Understanding the Drivers - 'Staff kept their promises' fact sheet
- utd-staff-kept-promises.PDF 276 KB PDF
State Services Commission, July 2009. To print/download this fact sheet, use the PDF version attached above.
Understanding the Drivers is a research project that helps us to understand what the drivers of satisfaction and trust mean to New Zealanders.
Forty focus groups were held across the country in 2008 with the general public, Māori, Asian, Pacific and young people (aged 15 - 30 years). Groups were held in main centres and provincial areas. The views of these New Zealanders have provided us with a wealth of information to assist public service agencies to become more user-focused and accessible, and ultimately improve service delivery for New Zealanders.
Participants described a 'promise' as an undertaking or when staff 'do what they say they're going to do'. Most of the examples participants provided involved promises to deliver a service by a particular time or an undertaking to get back in contact with the customer.
[What is a promise?] "A commitment. Got to be done. Follow through. Giving an assurance that it will be done. You trust that it will happen. You rely on them. There's an expectation."
The need for follow through was vital for this driver. Participants reported it was far better to under promise and over deliver than to come in short. In general they felt promises should not be made unless they can be met. Not fulfilling promises could easily damage or even destroy trust.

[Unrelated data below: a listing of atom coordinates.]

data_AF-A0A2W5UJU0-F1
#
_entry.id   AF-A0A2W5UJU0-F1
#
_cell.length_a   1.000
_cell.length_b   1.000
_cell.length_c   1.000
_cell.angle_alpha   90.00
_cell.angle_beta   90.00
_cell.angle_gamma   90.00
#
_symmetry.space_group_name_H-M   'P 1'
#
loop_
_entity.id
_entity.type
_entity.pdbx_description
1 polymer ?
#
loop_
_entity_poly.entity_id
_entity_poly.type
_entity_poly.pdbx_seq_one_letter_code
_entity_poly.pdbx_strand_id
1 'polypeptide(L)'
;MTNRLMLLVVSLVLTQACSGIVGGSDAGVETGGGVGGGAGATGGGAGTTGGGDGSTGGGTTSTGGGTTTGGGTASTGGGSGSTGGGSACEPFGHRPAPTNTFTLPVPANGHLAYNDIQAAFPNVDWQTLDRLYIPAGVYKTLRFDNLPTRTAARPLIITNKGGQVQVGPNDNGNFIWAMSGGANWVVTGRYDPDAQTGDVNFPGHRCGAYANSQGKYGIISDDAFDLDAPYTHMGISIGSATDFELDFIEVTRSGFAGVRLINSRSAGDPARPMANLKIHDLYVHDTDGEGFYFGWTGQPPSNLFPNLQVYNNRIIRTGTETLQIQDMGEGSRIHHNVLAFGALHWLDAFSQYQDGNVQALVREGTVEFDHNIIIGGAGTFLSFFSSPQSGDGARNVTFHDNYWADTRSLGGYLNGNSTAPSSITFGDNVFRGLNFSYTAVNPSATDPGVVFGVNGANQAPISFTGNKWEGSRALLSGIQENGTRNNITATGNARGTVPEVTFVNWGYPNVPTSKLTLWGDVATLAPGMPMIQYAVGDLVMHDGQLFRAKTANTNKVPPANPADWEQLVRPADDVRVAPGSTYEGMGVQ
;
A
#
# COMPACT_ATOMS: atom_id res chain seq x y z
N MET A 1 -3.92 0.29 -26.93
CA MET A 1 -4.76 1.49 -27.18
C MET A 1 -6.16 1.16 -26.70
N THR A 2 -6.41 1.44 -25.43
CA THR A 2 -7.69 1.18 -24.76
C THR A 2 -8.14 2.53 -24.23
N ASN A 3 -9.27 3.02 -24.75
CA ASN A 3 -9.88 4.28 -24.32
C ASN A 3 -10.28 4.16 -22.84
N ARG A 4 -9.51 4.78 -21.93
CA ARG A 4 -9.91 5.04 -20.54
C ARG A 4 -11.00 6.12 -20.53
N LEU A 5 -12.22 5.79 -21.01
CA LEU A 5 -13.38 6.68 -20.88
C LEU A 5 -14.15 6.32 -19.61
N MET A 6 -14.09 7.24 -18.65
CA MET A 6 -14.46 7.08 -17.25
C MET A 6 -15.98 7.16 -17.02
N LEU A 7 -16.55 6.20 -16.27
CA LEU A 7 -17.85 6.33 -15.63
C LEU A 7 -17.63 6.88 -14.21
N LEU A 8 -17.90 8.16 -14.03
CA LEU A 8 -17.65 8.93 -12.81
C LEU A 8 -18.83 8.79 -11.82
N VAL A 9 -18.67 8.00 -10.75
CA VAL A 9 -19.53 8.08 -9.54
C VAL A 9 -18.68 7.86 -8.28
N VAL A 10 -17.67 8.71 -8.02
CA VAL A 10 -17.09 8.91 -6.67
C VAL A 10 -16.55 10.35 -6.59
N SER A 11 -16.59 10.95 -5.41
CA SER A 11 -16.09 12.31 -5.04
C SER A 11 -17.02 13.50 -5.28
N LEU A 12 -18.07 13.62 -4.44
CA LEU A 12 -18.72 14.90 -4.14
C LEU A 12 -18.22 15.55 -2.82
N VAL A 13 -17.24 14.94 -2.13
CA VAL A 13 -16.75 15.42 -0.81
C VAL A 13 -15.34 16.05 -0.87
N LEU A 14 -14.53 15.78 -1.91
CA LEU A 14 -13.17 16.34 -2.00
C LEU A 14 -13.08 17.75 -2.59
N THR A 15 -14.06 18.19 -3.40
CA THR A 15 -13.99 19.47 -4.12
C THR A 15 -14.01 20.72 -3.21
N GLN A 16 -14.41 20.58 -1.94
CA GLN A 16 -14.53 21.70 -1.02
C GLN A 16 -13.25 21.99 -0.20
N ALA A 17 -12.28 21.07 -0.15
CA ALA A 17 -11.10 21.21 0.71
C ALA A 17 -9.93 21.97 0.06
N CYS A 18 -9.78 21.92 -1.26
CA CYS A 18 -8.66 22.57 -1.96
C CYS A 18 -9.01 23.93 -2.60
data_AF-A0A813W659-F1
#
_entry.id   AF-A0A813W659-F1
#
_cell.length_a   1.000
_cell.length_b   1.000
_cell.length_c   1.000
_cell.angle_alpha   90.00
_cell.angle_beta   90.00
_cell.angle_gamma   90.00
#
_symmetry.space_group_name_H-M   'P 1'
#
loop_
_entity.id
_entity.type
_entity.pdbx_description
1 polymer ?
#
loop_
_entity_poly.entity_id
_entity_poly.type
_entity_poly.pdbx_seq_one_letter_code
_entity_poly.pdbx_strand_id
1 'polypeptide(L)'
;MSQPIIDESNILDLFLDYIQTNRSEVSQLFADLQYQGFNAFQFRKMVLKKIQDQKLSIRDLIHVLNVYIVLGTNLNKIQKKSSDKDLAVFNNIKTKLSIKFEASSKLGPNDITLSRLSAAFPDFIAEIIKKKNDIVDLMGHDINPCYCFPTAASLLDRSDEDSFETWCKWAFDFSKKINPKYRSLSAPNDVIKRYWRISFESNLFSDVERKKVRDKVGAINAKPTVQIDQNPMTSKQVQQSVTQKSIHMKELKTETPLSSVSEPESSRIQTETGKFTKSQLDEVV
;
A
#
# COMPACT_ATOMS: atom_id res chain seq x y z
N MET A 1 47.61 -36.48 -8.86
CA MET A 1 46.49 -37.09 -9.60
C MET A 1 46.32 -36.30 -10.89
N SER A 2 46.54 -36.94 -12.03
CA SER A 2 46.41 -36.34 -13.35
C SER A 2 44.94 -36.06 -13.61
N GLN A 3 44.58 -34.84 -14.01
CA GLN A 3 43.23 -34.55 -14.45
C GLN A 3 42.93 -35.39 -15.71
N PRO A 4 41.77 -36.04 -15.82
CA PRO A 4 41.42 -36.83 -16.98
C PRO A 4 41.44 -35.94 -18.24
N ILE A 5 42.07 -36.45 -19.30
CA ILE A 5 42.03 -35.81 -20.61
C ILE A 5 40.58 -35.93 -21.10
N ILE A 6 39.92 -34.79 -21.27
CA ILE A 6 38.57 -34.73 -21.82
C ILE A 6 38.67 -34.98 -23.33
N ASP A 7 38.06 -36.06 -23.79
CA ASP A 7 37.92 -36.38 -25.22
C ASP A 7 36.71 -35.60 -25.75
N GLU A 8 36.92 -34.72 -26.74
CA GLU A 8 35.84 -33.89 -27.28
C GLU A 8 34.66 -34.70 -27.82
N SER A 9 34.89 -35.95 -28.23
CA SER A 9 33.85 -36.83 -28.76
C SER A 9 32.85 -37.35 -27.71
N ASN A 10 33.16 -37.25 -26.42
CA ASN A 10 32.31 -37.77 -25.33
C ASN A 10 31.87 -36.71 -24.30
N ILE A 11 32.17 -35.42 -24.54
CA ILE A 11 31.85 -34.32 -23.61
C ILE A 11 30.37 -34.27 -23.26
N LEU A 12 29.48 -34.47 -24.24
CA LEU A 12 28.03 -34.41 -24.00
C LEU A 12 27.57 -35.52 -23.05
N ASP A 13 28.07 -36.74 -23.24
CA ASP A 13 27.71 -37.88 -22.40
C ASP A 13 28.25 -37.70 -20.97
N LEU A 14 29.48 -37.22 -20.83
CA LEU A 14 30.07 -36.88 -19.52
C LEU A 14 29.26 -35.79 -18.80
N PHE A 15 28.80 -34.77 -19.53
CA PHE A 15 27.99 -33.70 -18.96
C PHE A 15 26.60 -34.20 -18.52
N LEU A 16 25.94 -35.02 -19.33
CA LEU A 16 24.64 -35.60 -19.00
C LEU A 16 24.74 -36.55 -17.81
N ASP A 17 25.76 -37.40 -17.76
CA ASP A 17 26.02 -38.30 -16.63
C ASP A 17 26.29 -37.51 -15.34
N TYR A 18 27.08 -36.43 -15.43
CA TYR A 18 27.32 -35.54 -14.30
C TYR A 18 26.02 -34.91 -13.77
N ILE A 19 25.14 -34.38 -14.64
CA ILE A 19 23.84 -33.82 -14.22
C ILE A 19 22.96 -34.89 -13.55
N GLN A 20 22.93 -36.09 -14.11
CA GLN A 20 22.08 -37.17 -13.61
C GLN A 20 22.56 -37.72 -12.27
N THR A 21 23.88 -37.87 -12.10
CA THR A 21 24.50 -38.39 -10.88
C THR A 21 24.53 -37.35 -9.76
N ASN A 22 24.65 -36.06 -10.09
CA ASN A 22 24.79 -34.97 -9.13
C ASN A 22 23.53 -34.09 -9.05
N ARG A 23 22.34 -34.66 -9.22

When a promise is broken, it should be accompanied by an apology, an explanation as to why it occurred and what will be done in the future to prevent a reoccurrence. Some participants felt that it may be appropriate to provide compensation in circumstances where the customer had suffered a loss as a result of a broken promise. Participants said any action to put a mistake right should be done promptly and with minimum impact on the customer.
"They expect you to go through paper work and fill out a whole pile of forms for a dog I never knew existed. I expect them to take it off our records ... if we move suddenly we have another pile of paperwork to take our imaginary dog with us to our new home. It is a silly mistake, but it wasn't ours."
When staff kept their promises it reflected well on the public service as a whole. However participants acknowledged that staff may try their best to keep a promise, but be let down by systems and processes within the organisation.
For Māori, Pacific People and Asian groups the word promise consistently carried a strong expectation of fulfilment.
"Giving an assurance that it will be done. You trust that it will happen. You rely on them. There's an expectation."
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